A simple tip to improve the soil quality

nettles1If you have ever tried to grow something, whether it is in a small kitchen garden, a flowerbed or lettuce in a box on the balcony, you know that the quality of the soil is very important if the plants are to thrive. If the soil you are using is of poor quality or don’t have much nutrition in it, the plants will not find the food they need to grow. And you will end up with small and poor looking plants.

Some people turn to fertilizers to improve the nutritional content of the soil. I think it is better to follow the principles in permaculture and add nutrients in a natural way. There are many ways to this, and it’s not difficult at all.

A very simple way to add nutrients to the soil is by using plants. One of the best plants for this is the stingy nettle. Often people think this plant is a weed that needs to be eradicated. However, this is actually one of our most versatile plants. It has been used in medicine, as food and even to produce textiles and more.

You can cut down the stingy nettle and just lay it on the ground around the plants you want to give more nutrients. The plant will decompose and give all the minerals back to the soil. Of course, this process takes some time. Another, faster way, is to make a tea out of the stingy nettle and water your plants with that.

Making this tea is very simple. You need a bucket with a lid, nettles and some fresh water. Fill the bucket up loosely with nettle leaves, add water, stir it around with a stick and put the lid on. Stir the mixture once a day for 10-14 days. After a few days it starts to smell very bad, this is supposed to happen! This is why a lid is very useful.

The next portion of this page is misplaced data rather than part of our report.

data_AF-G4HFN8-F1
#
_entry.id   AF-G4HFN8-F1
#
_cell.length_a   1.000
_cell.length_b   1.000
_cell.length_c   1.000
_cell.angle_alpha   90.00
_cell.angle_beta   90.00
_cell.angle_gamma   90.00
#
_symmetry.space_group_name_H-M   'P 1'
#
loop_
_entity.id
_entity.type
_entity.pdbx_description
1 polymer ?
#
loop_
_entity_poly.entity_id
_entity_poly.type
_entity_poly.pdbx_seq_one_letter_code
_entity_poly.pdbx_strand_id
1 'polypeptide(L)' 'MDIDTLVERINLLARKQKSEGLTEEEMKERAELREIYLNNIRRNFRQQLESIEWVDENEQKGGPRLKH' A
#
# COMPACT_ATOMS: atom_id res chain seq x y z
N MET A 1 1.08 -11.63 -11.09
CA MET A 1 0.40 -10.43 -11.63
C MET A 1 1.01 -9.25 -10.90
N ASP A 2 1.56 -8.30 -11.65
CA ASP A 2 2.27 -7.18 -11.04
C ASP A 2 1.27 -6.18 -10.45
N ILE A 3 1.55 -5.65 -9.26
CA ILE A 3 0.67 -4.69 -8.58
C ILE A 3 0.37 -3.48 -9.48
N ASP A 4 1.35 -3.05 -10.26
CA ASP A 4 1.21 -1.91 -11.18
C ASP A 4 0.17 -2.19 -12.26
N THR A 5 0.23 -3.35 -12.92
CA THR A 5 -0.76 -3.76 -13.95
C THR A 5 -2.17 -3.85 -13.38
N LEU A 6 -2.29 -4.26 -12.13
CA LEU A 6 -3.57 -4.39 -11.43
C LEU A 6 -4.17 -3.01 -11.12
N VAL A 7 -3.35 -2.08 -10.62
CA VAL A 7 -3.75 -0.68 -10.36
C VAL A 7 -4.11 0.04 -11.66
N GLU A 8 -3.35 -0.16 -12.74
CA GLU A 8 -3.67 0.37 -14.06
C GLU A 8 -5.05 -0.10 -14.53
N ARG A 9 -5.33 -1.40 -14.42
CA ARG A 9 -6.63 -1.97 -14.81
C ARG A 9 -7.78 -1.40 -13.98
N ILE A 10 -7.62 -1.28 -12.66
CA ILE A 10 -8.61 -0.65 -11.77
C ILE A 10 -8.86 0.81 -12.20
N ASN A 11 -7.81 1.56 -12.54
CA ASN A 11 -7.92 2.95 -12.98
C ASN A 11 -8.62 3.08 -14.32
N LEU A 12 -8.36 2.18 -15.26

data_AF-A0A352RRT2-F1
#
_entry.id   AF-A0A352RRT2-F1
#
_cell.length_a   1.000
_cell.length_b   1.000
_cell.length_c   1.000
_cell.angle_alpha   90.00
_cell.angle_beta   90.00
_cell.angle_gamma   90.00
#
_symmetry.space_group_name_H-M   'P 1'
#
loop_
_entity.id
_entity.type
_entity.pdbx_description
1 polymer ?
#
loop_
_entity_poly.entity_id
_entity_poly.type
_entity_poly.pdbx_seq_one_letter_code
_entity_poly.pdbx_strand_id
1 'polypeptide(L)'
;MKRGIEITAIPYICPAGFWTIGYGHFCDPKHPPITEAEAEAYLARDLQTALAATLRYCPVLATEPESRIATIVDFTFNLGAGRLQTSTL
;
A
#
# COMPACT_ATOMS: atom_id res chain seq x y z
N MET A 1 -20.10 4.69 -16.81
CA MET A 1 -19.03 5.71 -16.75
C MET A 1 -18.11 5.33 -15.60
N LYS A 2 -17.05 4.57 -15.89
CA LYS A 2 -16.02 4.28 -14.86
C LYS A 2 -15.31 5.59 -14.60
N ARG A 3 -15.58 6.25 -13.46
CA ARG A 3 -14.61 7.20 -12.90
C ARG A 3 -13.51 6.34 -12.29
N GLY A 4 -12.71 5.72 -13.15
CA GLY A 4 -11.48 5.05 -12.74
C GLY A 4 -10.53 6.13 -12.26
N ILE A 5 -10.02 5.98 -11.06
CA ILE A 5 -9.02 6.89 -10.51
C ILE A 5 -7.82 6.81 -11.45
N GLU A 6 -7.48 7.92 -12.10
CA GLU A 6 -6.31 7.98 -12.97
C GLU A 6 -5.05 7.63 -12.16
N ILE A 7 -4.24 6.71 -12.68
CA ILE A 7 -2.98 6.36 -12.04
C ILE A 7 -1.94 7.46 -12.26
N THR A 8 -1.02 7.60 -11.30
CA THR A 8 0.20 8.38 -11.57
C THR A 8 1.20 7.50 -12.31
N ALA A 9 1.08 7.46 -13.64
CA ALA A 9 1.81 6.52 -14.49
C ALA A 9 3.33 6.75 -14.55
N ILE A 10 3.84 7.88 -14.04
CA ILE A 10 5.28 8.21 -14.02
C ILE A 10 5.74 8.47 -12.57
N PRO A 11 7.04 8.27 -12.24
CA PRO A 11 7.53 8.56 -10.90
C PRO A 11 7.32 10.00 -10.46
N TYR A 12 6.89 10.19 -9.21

When the leaves have dissolved, the tea is ready. How long this takes may vary depending on how much leaves you used and how warm it is. Stems will not dissolve, but that’s ok. Now you can use this nettle tea to water your plants. This will add all those nutrients that was in the stingy nettle back into the soil, and your plants will grow better.

I often use this tea for the plants I grow on my balcony. If the tea is very strong I dilute it with more water first.

If you don’t have nettles growing in your garden, you can easily find them along trails and on abandoned property spaces. They seem to pop up everywhere humans have been … and left.

Learn more about how to use the stingy nettle in the kitchen or learn to forage for plants in the wild.


One Comment

  1. Pingback: Soil Preparation for Cold Climate - Cold Climate Garden

Leave a Reply

Your email address will not be published. Required fields are marked *